In this case the actual run size wasin roughly twice the pre-season forecast and many hatchery fish were left uncaught to spawn in the wild. The black lash from the fishers quickly lead to developing alternate management approaches. As I have mentioned before most management approaches have some risks and what one is comfortable with is a risk management question.

    Tight lines
    Curt
     
  4. inland

    inland Active Member

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    Curt,

    Since the Green is listed at making 80% of the target (unless the 1700 is a typo), is it going to be open for the C&R season?

    William
     
  5. Smalma

    Smalma Active Member

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    William -
    There hasn't been CnR seasons in the past on the Green (King County) so would not expect one this season.

    Tight lines
    Curt
     
  6. Old Man

    Old Man Just an Old Man

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    It seems that only the Skagit and the Sauk get to have that season. That's on the North sound rivers that is.

    Jim
     
  7. Stonefish

    Stonefish Triploid, Humpy & Seaplane Hater

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    Curt,
    It seems money is always one of if not the biggest issue in fish management.
    As far as money sources go, here are my suggestions. Not everyone will agree with them. Will any of these ever happen, who knows?
    Have the state allow non-tribal gaming operations provide the same gaming opportunities that tribal operations offer. This would make the playing field in the gaming arena level. From increased gaming proceeds, earmark a certain percentage of proceeds dedicated just to WDFW funding rather then going to the state general fund. I'd also support a special state lotto game directed a producing funding for WDFW. Scratch off three steelhead and you're the winner! lol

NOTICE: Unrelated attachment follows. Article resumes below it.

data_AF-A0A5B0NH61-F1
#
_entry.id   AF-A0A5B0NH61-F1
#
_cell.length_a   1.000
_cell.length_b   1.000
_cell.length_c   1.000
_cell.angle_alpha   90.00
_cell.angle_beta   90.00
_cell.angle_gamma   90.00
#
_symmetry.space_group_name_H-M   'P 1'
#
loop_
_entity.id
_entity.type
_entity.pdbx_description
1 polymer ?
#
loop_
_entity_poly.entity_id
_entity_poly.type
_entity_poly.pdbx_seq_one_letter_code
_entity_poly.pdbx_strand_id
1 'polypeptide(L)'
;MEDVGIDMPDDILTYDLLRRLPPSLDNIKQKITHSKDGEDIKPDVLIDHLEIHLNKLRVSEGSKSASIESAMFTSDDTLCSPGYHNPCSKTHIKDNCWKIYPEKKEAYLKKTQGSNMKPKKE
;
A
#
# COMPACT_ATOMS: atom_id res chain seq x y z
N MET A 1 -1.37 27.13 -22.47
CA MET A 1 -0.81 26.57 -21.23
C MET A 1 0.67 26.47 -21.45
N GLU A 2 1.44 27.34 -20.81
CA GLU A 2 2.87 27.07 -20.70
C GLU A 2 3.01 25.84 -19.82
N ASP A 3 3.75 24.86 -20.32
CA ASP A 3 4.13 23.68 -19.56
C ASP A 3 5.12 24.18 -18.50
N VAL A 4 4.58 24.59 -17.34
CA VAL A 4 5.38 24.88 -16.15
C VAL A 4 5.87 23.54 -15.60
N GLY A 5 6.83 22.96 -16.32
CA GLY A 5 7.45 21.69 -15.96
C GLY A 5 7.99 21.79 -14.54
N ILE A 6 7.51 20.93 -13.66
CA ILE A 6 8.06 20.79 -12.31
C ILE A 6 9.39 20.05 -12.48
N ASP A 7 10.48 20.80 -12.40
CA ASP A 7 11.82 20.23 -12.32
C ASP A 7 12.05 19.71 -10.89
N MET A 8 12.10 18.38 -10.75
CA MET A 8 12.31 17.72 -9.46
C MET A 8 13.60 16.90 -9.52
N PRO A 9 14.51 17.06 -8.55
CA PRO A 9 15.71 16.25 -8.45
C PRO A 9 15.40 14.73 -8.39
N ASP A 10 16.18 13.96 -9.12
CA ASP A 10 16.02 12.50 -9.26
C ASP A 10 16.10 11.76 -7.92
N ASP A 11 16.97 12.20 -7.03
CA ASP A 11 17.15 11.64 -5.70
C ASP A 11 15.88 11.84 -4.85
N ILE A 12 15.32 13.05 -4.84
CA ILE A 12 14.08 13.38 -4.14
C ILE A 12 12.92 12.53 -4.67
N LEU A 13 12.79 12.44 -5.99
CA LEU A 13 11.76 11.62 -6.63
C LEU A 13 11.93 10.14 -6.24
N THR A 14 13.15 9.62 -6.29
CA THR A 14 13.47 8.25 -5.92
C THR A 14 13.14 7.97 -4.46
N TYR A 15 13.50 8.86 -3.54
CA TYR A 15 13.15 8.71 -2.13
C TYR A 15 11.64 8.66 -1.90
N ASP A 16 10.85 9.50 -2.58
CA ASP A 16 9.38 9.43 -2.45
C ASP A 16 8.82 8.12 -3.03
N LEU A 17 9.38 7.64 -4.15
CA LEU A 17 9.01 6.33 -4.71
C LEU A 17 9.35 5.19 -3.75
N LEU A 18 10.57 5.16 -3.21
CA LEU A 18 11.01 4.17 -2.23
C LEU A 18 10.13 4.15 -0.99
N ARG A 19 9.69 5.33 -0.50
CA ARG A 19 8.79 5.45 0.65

I'm also very willing to pay higher license fees for the right to fish in this state. Also, increase the cost of out of state licenses, which I think are to low at this time.
    My last one, get the state out of the retail liquor business. The state loses a ton of tax opportunities by the way they manage that area of business.

    It should be easy to monitor in season tribal catches, provided they give accurate catch data to the state. In season monitoring of sportsfishers would be a very expensive proposition.

    Based on the current state of our salmon and steelhead runs, if fishing was set up on a quota schedule, how often do you think that sportsmen would meet their quota of 50%?
    Would tribes be willing to go back to a quota based system?
    Thanks for your input.
    Brian
     
  8. Smalma

    Smalma Active Member

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    Brian -
    Assuming that the runs were larger than the escapement goals under quota systems I would expect that the steelhead sport fisheries would get their share less than 1/2 of the time. The reality is that quotas would be based on pre-season forecasts which are never precisely right. As a result quotas would be met when the forecasts were either right on or less than the actual run sizes (1/2 of the time). The quotas would not be met when the actual run size were less than the predicted forecast.